Could the poorest countries in the world sue imagethe rich, polluting countries which are deemed to be responsible for climate change by producing excessive carbon emissions?

The Make Wealth History blog tells us that the Bonn Agreement in 2001 recognised that developed countries were largely responsible for climate change and should pay towards alleviating its effects in poorer countries, with several countries promising money, and which we haven’t paid.

It’s not the first time this question has been asked, it was raised in 2001 when a Stephen Timms (is this Stephen Timms MP? I doubt it as Labour had no policy on climate change in 2001) of the New Economics Foundation stated that under the UN international law commission’s draft declaration on state responsibility, US greenhouse gas emissions could constitute an international crime. It is estimated that climate change could cost developing countries up to £6.5 trillion over the next 20 years.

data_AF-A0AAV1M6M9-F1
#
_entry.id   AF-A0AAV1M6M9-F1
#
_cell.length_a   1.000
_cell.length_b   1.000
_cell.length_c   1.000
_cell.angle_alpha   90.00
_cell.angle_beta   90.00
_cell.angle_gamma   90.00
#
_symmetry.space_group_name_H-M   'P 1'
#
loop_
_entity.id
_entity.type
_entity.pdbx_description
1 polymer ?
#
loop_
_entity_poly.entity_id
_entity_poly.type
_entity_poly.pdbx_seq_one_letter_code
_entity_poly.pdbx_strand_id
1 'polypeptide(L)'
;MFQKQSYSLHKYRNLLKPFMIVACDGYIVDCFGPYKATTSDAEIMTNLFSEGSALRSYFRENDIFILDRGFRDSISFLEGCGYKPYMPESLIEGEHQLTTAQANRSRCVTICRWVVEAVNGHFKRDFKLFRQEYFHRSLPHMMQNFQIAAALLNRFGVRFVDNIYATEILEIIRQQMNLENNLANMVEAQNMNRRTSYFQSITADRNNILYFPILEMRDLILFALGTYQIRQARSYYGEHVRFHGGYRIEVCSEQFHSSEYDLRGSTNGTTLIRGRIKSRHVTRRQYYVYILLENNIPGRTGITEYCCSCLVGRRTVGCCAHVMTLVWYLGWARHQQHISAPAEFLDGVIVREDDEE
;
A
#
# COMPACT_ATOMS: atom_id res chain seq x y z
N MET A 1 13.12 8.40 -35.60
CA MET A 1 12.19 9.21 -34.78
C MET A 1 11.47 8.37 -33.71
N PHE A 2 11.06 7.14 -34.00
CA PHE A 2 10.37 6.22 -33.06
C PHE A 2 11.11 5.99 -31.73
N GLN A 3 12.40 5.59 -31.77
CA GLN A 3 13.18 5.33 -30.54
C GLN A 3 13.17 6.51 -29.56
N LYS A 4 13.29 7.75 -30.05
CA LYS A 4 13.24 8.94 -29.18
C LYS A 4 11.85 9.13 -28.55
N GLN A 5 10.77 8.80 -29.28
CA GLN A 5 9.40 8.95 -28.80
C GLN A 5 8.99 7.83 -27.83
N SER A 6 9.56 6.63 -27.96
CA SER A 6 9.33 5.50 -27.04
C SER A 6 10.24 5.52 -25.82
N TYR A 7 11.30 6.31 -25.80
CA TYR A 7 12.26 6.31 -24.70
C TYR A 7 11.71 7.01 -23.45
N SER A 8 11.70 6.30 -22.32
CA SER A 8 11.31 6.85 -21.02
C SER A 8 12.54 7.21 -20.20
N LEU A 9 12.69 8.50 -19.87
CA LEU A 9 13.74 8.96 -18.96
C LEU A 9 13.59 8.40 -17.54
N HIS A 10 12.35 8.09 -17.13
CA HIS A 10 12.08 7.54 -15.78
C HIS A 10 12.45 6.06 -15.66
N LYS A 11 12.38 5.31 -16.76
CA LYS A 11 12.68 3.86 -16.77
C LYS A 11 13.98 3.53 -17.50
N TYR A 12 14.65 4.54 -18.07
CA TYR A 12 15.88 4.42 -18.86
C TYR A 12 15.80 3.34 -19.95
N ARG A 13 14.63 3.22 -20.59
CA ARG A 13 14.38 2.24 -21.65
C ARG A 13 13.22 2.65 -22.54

“..all industrialized countries whose emissions are, per person, above a sustainable threshold should be looking over their shoulders. The next message G7 heads of state receive from their poorer cousins may not be an invitation to a reception, or a plea for more aid. It may be much more abrupt: “We’ll see you in court for global warming.”

Make Wealth History asks:

“If we are demonstrably responsible for damage happening now, what’s to stop us being sued for our abuses? Does anyone know of a historical precedent for this?”

Such a case would be a legal minefield and drag on for years. Although it might seem an impossible thought now, whose to say it might not happen in 20 or 30 years time?